3) Sometimes the product being sold is being pushed regardless of whether or not it is suitable for the consumer. "Selma Smith, in honor of your 95th birthday we're offering you a special rate on our new auto loan!"
posted by xigxag at 8:39 AM on March 20, 2014 [6 favorites]

It's a number of things that bother me about that phrase.

First, it just reeks of self-justification. You have a requirement to upsell to your friends and neighbors (their clients are mostly small-town banks, so this is definitely a friend-and-neighbors sell), so you tell these people in small-town that they're not just selling, they're helping. That makes it all better. But that rationalization can be used for anything you "believe" in, up to and including hard drugs. I'm "helping" this person by selling them a car; I'm "helping" them by showing them this more expensive model because I think they might benefit from 4WD; I'm "helping" them by pushing the Escalade because I think they'll be much happier with that than the Tahoe; etc.

Second, it's nonsense on the face of it. Selling is helping? Really? Could be, maybe, but in most cases, you're by definition trying to get them to buy something they hadn't planned to buy, whether it's extra features on their checking account or a home equity line of credit (that they maybe shouldn't really be taking out).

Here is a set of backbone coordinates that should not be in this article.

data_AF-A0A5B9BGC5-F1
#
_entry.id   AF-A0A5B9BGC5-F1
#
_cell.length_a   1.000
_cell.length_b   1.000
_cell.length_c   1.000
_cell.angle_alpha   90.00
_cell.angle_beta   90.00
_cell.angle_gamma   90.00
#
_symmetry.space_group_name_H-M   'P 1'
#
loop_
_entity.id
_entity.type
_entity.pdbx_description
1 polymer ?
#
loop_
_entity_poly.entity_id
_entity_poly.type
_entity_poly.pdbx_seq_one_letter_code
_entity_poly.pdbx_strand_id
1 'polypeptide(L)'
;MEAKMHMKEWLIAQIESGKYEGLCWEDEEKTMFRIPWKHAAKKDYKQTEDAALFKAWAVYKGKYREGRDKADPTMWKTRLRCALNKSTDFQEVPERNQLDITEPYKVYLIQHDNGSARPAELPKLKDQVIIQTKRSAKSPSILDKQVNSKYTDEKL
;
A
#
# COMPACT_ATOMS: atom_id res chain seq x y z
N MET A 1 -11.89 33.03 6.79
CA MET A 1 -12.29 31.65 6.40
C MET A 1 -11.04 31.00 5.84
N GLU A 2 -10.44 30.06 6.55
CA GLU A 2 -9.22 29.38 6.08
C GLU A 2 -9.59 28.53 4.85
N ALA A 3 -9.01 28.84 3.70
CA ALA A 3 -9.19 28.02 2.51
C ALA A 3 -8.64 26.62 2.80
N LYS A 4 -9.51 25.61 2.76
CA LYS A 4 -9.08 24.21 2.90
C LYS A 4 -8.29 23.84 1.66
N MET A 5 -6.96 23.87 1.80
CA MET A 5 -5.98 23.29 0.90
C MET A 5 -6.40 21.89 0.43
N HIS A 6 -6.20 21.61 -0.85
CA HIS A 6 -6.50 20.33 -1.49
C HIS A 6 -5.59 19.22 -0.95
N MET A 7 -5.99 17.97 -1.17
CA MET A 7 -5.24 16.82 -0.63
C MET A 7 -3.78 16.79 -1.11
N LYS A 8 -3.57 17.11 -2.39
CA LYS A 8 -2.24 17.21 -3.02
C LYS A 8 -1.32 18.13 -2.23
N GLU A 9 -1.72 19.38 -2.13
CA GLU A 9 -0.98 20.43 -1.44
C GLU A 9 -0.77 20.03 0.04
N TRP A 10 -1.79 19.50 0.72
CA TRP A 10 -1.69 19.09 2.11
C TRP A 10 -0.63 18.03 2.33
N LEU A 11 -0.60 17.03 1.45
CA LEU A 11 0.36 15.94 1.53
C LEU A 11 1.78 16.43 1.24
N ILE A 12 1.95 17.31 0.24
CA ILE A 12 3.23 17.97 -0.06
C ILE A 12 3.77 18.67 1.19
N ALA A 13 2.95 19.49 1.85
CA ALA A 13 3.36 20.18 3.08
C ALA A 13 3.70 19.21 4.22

It's just creepy, really. And it's of a piece with the rationalizations people deploy in making the decision to enable this kind of design.
posted by lodurr at 8:57 AM on March 20, 2014 [4 favorites]

Oracle deserves to be called out for darkness.
posted by Obscure Reference at 9:52 AM on March 20, 2014 [1 favorite]

If only we could still say 'Sun deserves to be called out for darkness.' But 'Oracle' is ironic enough in its own way.

Mozilla is actually getting pretty bad. I got trojanware when I had to manually upgrade Waterfox a few weeks back.

Microsoft always wants to install the Bing Bar and Bing Desktop, but they honor my 'no thanks' selection from update to update, so they actually play pretty nice as these things go.
posted by lodurr at 10:08 AM on March 20, 2014

... except that's where I got the binary and the installer has mozilla branding.